The building has remained a home for small law firms, banks and assorted downtown tenants throughout its life. While the city flourished, so did the Ford Building, enjoying high occupancy rates and prestigious tenants. Lawyer Charles Darrow had an office in the Ford during the time he defended Dr. Ossian Sweet in 1925, an African-American doctor who faced discrimination and bogus murder charges in one of the most storied trials in the city’s history. In 1939, the Ford was remodeled, and some of its offices’ original splendor was lost.
The Ford and Dime buildings remained in Ford’s family until July 1963, when they were sold to three Detroit businessmen in their early 30s for around $8 million (about $53.6 million today). One of the men, Donald H. Parsons, took over the Ford and Dime (at this point known as the Commonwealth Building) through his Parsons Investment Co. He and his colleagues had controlling stock interest in more than a dozen banks, and he was the chairman of the Bank of the Commonwealth – which was the major tenant of both the Ford and Dime – bringing charges of conflicting interest. In 1970, Parsons’ empire started to collapse, and he was forced to resign from Commonwealth and started liquidating his empire. A partnership called Comfort Investment Co. of Southfield, Mich., bought the pair of Burnham-designed skyscrapers.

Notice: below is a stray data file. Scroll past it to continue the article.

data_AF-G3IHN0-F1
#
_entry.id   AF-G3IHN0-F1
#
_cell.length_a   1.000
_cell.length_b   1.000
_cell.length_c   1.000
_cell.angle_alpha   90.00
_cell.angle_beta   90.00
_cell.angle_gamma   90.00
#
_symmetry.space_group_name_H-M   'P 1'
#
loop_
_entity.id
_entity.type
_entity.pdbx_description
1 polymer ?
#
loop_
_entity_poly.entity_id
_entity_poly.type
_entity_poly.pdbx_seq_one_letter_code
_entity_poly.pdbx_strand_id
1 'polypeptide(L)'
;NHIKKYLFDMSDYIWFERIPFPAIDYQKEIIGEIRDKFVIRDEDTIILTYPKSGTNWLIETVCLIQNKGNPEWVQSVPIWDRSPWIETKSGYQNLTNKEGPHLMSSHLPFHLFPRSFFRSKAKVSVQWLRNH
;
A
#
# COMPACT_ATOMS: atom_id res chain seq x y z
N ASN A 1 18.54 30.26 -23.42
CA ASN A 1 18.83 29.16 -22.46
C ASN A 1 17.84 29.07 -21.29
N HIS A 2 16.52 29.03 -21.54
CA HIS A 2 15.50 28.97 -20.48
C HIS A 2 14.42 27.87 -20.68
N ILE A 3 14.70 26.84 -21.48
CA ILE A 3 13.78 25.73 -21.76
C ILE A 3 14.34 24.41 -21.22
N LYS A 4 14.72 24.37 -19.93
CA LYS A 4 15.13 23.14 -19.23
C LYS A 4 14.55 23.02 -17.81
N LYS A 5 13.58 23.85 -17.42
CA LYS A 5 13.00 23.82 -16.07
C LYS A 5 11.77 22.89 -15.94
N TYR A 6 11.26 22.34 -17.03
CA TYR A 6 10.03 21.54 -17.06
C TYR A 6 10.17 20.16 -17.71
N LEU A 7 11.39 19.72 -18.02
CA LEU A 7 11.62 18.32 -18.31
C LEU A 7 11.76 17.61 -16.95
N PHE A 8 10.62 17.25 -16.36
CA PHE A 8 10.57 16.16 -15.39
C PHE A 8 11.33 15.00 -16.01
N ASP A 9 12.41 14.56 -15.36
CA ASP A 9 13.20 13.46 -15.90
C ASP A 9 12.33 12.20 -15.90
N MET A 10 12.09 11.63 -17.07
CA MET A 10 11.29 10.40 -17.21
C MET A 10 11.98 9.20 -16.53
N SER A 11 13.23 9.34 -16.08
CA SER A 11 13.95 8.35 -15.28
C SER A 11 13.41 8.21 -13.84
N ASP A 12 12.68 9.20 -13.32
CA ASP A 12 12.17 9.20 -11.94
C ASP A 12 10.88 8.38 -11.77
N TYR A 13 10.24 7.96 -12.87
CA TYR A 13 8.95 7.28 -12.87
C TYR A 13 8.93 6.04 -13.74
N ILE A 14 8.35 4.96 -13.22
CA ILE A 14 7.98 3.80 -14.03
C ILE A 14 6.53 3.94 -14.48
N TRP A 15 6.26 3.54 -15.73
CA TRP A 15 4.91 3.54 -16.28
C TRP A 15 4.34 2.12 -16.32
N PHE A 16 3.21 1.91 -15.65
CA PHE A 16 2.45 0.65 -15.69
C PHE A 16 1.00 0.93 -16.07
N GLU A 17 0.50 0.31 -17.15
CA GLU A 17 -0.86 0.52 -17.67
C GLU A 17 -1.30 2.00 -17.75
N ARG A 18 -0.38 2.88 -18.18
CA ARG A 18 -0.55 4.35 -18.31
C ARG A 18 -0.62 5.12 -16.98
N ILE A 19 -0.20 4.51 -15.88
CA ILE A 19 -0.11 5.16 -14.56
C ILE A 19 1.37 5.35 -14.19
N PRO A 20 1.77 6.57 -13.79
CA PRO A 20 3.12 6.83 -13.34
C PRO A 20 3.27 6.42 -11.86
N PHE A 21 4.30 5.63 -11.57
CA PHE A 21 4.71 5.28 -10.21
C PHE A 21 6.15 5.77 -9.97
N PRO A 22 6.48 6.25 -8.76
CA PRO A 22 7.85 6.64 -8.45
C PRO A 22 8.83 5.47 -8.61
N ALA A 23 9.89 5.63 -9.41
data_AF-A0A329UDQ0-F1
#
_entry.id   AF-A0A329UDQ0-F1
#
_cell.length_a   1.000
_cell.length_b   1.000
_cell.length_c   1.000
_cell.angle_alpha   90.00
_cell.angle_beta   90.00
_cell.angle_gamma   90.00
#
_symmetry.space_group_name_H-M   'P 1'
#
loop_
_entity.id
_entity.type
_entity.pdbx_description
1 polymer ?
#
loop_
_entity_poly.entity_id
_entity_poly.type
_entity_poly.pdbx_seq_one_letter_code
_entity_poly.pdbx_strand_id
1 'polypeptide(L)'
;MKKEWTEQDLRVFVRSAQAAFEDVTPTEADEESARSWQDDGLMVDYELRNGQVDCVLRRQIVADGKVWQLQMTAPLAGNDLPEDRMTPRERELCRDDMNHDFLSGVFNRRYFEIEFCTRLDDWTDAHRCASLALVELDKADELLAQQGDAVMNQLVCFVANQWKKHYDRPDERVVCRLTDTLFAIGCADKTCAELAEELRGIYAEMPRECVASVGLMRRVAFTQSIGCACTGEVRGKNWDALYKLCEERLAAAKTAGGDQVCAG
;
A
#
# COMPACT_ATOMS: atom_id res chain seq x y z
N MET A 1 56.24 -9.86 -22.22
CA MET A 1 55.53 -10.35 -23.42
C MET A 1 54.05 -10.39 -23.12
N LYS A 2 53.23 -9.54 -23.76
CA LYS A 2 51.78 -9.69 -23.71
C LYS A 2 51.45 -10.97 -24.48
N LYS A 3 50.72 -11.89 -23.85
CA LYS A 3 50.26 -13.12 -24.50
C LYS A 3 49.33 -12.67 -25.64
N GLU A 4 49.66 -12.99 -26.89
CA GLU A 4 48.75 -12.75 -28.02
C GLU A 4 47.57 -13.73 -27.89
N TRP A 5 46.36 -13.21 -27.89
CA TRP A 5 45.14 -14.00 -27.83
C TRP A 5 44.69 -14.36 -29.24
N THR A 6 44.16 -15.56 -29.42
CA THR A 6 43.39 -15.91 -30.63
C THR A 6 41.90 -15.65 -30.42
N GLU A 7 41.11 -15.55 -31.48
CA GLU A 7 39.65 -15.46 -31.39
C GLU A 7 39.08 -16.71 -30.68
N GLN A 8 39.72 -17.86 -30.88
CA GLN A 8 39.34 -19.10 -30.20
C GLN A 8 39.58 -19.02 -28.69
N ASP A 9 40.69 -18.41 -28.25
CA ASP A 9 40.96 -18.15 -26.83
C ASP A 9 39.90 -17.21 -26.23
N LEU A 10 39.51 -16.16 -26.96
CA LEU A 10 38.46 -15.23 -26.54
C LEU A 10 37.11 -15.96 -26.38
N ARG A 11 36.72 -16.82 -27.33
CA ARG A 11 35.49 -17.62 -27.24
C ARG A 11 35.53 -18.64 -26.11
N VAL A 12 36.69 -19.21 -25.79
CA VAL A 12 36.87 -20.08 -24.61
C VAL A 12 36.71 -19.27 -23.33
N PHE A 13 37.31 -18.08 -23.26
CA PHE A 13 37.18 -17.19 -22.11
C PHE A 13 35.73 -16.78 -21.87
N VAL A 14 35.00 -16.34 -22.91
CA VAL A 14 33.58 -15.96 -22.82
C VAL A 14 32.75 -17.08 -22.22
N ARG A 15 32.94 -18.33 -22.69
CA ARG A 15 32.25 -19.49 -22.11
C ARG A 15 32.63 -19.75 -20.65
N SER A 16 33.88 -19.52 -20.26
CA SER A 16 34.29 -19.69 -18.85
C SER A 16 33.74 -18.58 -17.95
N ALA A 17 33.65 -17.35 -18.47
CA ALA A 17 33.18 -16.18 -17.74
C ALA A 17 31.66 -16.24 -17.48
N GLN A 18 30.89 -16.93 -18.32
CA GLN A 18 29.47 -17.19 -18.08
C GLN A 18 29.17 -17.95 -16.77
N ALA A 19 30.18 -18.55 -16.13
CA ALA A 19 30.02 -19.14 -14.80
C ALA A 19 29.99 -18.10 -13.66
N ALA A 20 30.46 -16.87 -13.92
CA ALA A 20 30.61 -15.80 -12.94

As the city’s fortunes turned in the mid-1960s with the rise of the suburbs and the white flight spurned in part by the 1967 riot, the Ford started to bleed tenants and change hands. A series of renovations were undertaken in an effort to stanch the bleeding. Such moves were not only futile but robbed the building of much of its original opulence. By the late 1980s, the Ford Building was becoming rundown. Tenants started fleeing, and its occupancy rate fell to about 50 percent.
Before long, the Ford simply needed more cash for improvements than owner Jarvis J. Schmidt & Co. of Troy, Mich., could afford. In September 1989, the Ford Building Association -– a partnership led by Schmidt -– lost the office tower to State Mutual Life Assurance Co. of America. The Massachusetts-based insurance company assumed control so interest payments could continue on $5.5 million in bonds sold in 1982 to finance the Ford Building Association’s purchase of the landmark. Schmidt’s son Craig continued managing the building for State Mutual.